|This study noted an average improvement in vision from 20/41 at baseline to 20/23 at three weeks post-op in patients who underwent optometrist-performed YAG capsulotomy. Photo: Nathan Lighthizer, OD. Click image to enlarge.|
A growing body of research supports the safety of optometrists performing YAG capsulotomy on patients who develop posterior capsule opacification (PCO) after cataract surgery. Ten states now include the common procedure in the profession’s scope of practice, and several others are in the midst of legal pursuits. Adding to the arsenal of evidence on the safety of OD-performed capsulotomies is a recent study that assessed the outcomes of nearly 80 patients who underwent the procedure. The investigators concluded that optometrists were able to perform the procedure both safely and effectively, significantly improving patients’ vision.
The study included patients who developed PCO post-cataract surgery. A total of 92 eyes of 79 participants completed one month of follow-up and 81 eyes of 69 participants followed up for three months. The mean visual acuity of patients who followed up for one month improved from 20/40 to 20/23 post-capsulotomy, with similar visual outcomes reported among those who completed three months of follow-up (20/41 at baseline to 20/23 after the capsulotomy).
No patients experienced significant adverse events such as inflammation, increase in vitreous floaters, corneal edema, cystoid macular edema, retinal detachment or permanent vision loss. The researchers noted that while 14% of eyes did experience intraocular lens pitting within the central 3mm, no associated visual symptoms were reported by those patients.
The complication of increased intraocular pressure (IOP) was also negligible; the average IOP for all eyes was 14.2mm Hg at baseline and only raised to 14.4mm Hg at the one-week follow-up. Only four patients experienced an increase above 5mm Hg at any time after the procedure.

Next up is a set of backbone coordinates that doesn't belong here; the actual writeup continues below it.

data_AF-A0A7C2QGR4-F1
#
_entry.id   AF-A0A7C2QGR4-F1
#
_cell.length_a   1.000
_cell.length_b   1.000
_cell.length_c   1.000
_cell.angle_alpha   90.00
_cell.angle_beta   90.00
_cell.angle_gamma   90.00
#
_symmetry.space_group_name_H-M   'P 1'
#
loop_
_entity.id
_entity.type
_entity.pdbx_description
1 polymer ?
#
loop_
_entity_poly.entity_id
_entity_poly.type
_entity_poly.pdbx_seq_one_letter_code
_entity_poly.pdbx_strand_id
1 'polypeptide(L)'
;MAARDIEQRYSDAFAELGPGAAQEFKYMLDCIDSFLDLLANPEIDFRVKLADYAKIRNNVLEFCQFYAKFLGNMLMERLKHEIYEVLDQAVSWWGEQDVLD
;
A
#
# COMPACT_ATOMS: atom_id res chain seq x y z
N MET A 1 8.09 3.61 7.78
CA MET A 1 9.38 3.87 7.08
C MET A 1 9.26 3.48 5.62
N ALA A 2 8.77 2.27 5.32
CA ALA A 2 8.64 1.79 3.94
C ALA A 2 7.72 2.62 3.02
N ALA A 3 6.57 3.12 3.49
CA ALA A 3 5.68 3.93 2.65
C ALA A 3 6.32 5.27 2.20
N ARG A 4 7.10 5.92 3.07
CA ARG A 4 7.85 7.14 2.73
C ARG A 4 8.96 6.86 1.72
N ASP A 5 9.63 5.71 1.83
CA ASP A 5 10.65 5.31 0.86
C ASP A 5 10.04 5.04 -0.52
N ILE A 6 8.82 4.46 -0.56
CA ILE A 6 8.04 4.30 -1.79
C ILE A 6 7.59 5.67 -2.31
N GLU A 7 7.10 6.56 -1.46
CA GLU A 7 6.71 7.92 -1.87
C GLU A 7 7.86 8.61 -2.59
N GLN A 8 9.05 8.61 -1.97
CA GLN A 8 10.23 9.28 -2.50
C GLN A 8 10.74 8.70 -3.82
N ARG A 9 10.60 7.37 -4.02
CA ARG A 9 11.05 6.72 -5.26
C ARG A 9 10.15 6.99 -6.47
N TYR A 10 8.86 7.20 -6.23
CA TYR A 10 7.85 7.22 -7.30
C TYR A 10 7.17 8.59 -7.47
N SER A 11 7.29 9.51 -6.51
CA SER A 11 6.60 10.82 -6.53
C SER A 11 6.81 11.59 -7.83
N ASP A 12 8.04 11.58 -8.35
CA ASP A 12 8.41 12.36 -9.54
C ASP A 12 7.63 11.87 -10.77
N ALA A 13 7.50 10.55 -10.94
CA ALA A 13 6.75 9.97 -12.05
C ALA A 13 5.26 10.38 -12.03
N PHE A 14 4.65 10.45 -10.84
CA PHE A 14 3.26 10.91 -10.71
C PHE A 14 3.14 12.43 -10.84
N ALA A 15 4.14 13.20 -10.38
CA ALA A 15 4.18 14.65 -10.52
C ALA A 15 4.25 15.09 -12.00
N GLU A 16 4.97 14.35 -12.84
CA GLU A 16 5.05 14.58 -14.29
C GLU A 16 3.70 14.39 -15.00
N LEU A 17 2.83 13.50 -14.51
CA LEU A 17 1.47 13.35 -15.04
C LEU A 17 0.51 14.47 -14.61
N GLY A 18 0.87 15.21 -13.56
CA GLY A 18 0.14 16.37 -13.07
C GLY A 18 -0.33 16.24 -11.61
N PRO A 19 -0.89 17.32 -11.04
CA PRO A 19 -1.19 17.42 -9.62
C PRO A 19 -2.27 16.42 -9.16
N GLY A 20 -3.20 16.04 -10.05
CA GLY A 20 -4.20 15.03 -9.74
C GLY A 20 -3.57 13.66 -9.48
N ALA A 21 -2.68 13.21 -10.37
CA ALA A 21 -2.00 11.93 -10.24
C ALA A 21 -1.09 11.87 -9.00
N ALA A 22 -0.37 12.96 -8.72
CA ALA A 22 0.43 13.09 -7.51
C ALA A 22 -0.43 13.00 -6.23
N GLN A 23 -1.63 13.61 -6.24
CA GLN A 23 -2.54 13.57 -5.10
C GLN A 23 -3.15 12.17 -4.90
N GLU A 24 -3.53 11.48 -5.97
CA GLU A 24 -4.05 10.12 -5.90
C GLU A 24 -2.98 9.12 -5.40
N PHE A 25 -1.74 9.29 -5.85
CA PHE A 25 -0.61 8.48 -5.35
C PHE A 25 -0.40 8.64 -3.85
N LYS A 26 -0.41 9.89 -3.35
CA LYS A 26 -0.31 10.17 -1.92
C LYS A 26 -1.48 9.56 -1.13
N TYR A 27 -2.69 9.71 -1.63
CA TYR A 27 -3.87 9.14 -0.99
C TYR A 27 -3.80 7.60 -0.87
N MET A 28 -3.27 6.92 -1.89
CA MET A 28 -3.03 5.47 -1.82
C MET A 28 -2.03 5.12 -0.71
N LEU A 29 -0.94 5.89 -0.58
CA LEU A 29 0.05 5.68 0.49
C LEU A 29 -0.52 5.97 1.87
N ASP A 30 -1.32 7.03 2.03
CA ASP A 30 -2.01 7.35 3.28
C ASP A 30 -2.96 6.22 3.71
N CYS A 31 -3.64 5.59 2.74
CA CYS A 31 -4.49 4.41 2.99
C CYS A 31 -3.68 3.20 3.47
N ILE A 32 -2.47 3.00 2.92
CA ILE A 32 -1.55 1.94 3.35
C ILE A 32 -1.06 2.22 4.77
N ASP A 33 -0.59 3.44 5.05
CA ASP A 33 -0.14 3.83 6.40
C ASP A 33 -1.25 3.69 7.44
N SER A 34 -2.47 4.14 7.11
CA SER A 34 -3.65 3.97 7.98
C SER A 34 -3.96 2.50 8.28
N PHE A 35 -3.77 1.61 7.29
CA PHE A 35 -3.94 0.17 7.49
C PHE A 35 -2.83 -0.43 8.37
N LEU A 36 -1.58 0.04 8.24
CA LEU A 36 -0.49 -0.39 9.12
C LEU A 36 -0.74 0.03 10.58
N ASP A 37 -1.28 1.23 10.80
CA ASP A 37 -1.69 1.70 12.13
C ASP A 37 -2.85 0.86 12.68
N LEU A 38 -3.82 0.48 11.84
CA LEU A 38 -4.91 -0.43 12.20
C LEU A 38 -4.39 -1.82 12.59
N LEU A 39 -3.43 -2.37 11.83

The researchers also gauged patient satisfaction through a survey distributed after the procedure, in which patients reported very positive outcomes. When asked, “Has your vision improved after the capsulotomy procedure?,” 99% of patients answered “yes.” Though one patient noted no subjective improvement in vision, that individual’s visual acuity had improved from 20/30 to 20/20.
In their paper on the study results, published in Optometry Vision Science, the researchers noted that the findings mirror those of similar studies. “With minimal risk, a quick learning curve and required slit lamp skills already possessed by optometrists, laser procedures can be effectively used by optometrists to provide patients easier access to high-quality eye care,” they concluded.
Lighthizer N, Johnson S, Holthaus J, et al. Nd:YAG laser capsulotomy: efficacy and outcomes performed by optometrists. Optom Vis Sci. August 18, 2023. [Epub ahead of print].